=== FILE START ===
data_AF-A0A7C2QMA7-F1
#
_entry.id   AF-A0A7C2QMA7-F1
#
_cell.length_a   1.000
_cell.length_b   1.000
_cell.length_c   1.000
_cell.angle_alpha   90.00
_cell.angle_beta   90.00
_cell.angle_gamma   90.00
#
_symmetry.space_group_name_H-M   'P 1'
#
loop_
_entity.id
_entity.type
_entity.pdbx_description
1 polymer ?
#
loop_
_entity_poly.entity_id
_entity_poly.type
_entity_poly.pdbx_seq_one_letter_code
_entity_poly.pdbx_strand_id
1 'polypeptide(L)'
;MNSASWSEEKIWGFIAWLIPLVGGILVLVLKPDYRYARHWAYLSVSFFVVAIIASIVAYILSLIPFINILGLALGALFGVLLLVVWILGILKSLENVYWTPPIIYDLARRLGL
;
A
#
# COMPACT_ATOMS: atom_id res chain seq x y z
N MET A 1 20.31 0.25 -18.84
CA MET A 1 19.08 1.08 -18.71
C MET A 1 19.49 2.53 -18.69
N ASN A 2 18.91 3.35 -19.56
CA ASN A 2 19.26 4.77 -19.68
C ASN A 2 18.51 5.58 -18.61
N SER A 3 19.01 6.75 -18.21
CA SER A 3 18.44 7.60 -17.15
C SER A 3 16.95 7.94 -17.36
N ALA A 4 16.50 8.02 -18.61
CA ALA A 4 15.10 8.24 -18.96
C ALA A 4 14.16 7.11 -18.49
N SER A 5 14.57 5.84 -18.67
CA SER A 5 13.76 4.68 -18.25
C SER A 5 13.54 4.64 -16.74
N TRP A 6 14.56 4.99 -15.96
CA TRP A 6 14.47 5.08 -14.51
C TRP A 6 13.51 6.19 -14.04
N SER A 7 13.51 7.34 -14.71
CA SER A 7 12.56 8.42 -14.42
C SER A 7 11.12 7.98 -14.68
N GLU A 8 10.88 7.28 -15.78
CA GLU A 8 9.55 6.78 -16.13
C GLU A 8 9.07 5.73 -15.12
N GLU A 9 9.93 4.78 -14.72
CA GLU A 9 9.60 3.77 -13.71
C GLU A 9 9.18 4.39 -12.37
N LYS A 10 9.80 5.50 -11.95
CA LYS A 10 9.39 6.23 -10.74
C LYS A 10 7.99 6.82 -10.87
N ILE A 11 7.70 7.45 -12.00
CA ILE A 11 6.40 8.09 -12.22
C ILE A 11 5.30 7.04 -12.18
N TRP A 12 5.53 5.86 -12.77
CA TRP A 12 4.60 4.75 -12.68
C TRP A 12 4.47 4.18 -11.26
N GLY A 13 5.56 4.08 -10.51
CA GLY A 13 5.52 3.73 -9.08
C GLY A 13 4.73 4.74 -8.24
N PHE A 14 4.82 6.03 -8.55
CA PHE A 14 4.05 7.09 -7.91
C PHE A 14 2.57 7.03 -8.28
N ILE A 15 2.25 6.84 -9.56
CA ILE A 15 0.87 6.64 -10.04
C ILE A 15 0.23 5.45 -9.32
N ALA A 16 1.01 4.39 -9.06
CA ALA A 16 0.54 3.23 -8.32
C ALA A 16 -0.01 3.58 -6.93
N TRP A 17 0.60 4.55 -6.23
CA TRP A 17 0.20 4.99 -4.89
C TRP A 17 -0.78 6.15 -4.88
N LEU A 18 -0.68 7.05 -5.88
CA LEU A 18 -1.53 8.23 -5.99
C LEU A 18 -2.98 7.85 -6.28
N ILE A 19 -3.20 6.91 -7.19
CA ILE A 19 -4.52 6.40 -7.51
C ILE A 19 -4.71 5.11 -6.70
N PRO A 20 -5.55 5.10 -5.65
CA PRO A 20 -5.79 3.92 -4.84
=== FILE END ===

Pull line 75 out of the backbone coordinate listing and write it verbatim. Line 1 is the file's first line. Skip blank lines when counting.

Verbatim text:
C ILE A 15 0.23 5.45 -9.32